• organize
  • cooperate with suitable organizations, institutions and people
  • research (for example, evaluate psychiatric programs or alternative approaches)
  • train themselves and others
  • insist on being included in taking responsibility for themselves and always being included in the decision-making processes at all levels in order to ensure the quality of their care and never loosing control over their own fate.

Human rights organizations, complaints offices, and ombudsmen and -women can aid helpless psychiatric patients become clients who know how to ask for the help they need as well as to demand their civil and human rights .

Of course, in this undertaking of attempting to build up alternatives beyond psychiatry and to establish humane treatment conditions, everyone, including psychologists, is addressed who is interested in the healing and strengthening of the life force as well as in a society based on tolerance and equal rights. How can a person be helped through psychotherapy if he has been psychiatrically humiliated and the administration of personality changing psychotropic drugs make uncovering and resolving conflict with therapeutic support impossible right from the start? What is the point of considering what the best psychotherapeutic approach might be when the neuroleptics impair the remittance of psychotic states due their tendency to cause apathy, and in approximately two- thirds of pharmacological treatments, lead to depressive, even suicidal states? Is it not time for psychologists to start studying the effects of psychotropic drugs and to become more and more noncompliant?

It is time to develop an understanding of the user/survivor discourse in the training of professionals and academics and for users and survivors of psychiatry themselves to be recognized as those with the most in-depth understanding of their values, meanings and relationships and for them to be recognized as the real experts (Bracken, 2007); this is especially true of those who have overcome their emotional and psychiatric problems.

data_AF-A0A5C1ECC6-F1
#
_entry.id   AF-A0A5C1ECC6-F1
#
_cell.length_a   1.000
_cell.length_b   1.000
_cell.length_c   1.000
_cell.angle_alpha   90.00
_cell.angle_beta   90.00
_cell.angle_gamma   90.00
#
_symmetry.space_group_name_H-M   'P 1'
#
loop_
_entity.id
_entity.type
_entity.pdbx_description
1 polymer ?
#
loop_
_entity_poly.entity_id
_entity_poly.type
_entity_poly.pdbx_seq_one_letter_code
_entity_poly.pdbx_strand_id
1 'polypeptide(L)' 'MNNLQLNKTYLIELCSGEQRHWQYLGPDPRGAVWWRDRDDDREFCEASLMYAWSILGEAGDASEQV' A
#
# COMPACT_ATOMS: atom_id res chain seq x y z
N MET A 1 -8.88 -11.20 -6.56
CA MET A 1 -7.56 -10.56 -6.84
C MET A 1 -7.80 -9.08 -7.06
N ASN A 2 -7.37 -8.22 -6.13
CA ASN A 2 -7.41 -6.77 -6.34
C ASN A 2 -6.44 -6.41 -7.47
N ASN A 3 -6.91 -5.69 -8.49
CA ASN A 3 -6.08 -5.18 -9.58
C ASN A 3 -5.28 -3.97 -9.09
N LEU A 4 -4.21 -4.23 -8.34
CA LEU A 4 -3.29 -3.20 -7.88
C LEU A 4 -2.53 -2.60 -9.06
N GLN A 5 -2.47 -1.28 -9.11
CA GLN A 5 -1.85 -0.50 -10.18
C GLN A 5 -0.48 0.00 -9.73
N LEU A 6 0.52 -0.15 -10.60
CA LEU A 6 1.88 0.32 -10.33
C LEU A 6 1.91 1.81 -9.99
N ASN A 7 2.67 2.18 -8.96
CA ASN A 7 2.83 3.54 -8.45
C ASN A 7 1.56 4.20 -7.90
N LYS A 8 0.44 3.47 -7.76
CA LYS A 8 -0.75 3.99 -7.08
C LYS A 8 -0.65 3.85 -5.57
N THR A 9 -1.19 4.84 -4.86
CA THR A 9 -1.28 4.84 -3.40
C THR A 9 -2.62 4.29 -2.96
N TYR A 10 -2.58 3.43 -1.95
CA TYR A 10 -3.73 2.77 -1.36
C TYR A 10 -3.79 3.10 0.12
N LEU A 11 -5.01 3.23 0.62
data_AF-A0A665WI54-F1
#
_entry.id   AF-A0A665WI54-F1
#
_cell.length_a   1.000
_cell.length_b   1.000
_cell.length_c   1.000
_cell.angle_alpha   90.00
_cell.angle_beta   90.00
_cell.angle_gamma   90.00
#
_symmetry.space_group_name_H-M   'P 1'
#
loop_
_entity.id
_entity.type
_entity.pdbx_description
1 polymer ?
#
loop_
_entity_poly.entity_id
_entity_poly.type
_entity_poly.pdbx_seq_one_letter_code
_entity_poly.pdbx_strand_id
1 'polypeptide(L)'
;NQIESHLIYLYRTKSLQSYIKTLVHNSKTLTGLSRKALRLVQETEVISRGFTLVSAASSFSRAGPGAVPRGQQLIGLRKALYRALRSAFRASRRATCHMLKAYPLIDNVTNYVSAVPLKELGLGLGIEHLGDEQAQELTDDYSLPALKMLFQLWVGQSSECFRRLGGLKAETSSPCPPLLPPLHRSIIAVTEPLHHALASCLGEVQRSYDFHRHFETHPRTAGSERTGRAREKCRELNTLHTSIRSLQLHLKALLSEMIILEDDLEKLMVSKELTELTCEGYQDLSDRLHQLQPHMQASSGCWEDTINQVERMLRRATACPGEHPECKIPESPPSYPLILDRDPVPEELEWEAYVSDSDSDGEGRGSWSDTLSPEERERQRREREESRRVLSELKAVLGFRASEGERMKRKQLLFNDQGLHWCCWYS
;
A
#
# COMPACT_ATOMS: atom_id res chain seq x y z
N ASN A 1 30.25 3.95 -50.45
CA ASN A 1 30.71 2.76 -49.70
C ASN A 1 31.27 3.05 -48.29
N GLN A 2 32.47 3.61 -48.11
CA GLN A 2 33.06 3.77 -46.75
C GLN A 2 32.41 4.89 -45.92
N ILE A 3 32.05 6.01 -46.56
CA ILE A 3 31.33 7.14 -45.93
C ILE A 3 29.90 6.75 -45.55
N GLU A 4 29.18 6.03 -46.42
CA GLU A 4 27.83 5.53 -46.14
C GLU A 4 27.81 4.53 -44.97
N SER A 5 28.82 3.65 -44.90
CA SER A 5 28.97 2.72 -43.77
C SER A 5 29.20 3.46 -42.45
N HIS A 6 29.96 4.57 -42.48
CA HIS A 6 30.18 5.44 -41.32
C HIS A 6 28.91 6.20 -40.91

Users and survivors of psychiatry must reflect and approach the situation with care. Being a user or survivor of psychiatry is not in itself a category which makes one a better human being. It is most important to be respectful in one's dealings with each other, even when we have different preferences, and to aim for productive cooperation with all those who are striving against the dumbing-down, repression, exploitation, and standardization of human beings. We must take care not to create new dependencies. We must never forget that, apart from our health, there is nothing more important than freedom and independence.

Allow me here to express my heartfelt thanks to the Aristotle University of Thessaloniki and the School of Psychology for their courageous step in awarding me an honorary doctorate (2). It is my hope that this university which has thus honoured the experience of users and survivors of psychiatry will become an example for other universities so that the voices of these survivors will be heard and they will be supported in their fight for their human rights.

Footnotes

(1) Originally published in: Kostas Bairaktaris (Ed.), Proceedings of the European Congress against Discrimination and Stigma, for User-Orientated Reforms in Psychiatry and the Right to Alternatives (pp. 63-72). Thessaloniki: Aristotle University of Thessaloniki 2010. Translation by Mary Murphy; thanks to Darby Penney for support in translation matters. The recommendatory report for the awarding with an honorary doctorate, the laudation by Prof. Kostas Bairaktaris and the video documentation of the awarding of the honorary doctoral degree can be found on the internet at www.peter-lehmann.de/drhc-e.htm

(2) My expression of gratitude to all those who have travelled this road with me over the last 30 years can be found on the Internet at www.peter-lehmann-publishing.com/articles/lehmann/pdf/honorary-doctor.pdf